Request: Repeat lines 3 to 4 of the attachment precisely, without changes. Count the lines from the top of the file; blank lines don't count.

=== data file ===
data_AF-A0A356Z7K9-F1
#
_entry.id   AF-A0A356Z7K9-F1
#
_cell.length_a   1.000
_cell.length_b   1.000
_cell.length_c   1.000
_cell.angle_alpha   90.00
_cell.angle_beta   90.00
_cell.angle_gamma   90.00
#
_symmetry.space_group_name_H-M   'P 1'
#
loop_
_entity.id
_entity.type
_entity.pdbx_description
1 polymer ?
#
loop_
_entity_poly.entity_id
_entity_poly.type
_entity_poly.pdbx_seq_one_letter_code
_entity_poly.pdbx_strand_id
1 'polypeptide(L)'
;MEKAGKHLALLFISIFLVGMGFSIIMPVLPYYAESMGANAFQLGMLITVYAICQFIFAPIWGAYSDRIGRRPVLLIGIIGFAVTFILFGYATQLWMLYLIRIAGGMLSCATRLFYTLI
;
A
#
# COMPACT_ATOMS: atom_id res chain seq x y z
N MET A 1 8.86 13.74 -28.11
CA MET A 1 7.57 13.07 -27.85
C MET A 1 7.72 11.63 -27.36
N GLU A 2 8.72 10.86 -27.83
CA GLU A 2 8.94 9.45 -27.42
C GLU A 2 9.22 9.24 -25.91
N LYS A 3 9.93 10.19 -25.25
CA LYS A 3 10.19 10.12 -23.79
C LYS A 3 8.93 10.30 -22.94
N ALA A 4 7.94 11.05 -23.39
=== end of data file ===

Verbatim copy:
_entry.id   AF-A0A356Z7K9-F1
#